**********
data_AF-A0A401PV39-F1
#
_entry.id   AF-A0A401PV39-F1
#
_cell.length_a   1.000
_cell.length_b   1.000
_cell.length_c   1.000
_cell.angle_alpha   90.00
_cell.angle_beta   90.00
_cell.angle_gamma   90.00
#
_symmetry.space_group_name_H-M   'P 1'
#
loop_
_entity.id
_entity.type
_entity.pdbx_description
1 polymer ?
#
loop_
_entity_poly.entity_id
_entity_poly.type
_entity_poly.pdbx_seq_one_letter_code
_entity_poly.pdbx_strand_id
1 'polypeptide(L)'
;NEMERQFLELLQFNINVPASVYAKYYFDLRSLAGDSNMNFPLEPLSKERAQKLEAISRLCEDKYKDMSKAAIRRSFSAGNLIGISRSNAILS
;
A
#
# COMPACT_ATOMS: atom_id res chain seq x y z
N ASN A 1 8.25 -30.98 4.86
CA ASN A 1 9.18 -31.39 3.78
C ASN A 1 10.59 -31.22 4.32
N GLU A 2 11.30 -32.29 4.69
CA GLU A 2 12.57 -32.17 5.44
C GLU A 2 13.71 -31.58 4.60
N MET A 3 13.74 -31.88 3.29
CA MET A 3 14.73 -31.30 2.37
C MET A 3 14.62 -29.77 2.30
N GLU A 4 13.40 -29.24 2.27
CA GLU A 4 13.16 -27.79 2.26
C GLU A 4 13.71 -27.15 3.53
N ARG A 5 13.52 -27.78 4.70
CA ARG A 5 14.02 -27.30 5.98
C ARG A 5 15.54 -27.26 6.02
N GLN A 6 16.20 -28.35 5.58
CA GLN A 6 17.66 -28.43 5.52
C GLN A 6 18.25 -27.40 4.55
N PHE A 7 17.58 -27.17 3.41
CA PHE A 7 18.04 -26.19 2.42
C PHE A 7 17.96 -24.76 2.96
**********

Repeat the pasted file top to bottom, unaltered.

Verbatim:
data_AF-A0A401PV39-F1
#
_entry.id   AF-A0A401PV39-F1
#
_cell.length_a   1.000
_cell.length_b   1.000
_cell.length_c   1.000
_cell.angle_alpha   90.00
_cell.angle_beta   90.00
_cell.angle_gamma   90.00
#
_symmetry.space_group_name_H-M   'P 1'
#
loop_
_entity.id
_entity.type
_entity.pdbx_description
1 polymer ?
#
loop_
_entity_poly.entity_id
_entity_poly.type
_entity_poly.pdbx_seq_one_letter_code
_entity_poly.pdbx_strand_id
1 'polypeptide(L)'
;NEMERQFLELLQFNINVPASVYAKYYFDLRSLAGDSNMNFPLEPLSKERAQKLEAISRLCEDKYKDMSKAAIRRSFSAGNLIGISRSNAILS
;
A
#
# COMPACT_ATOMS: atom_id res chain seq x y z
N ASN A 1 8.25 -30.98 4.86
CA ASN A 1 9.18 -31.39 3.78
C ASN A 1 10.59 -31.22 4.32
N GLU A 2 11.30 -32.29 4.69
CA GLU A 2 12.57 -32.17 5.44
C GLU A 2 13.71 -31.58 4.60
N MET A 3 13.74 -31.88 3.29
CA MET A 3 14.73 -31.30 2.37
C MET A 3 14.62 -29.77 2.30
N GLU A 4 13.40 -29.24 2.27
CA GLU A 4 13.16 -27.79 2.26
C GLU A 4 13.71 -27.15 3.53
N ARG A 5 13.52 -27.78 4.70
CA ARG A 5 14.02 -27.30 5.98
C ARG A 5 15.54 -27.26 6.02
N GLN A 6 16.20 -28.35 5.58
CA GLN A 6 17.66 -28.43 5.52
C GLN A 6 18.25 -27.40 4.55
N PHE A 7 17.58 -27.17 3.41
CA PHE A 7 18.04 -26.19 2.42
C PHE A 7 17.96 -24.76 2.96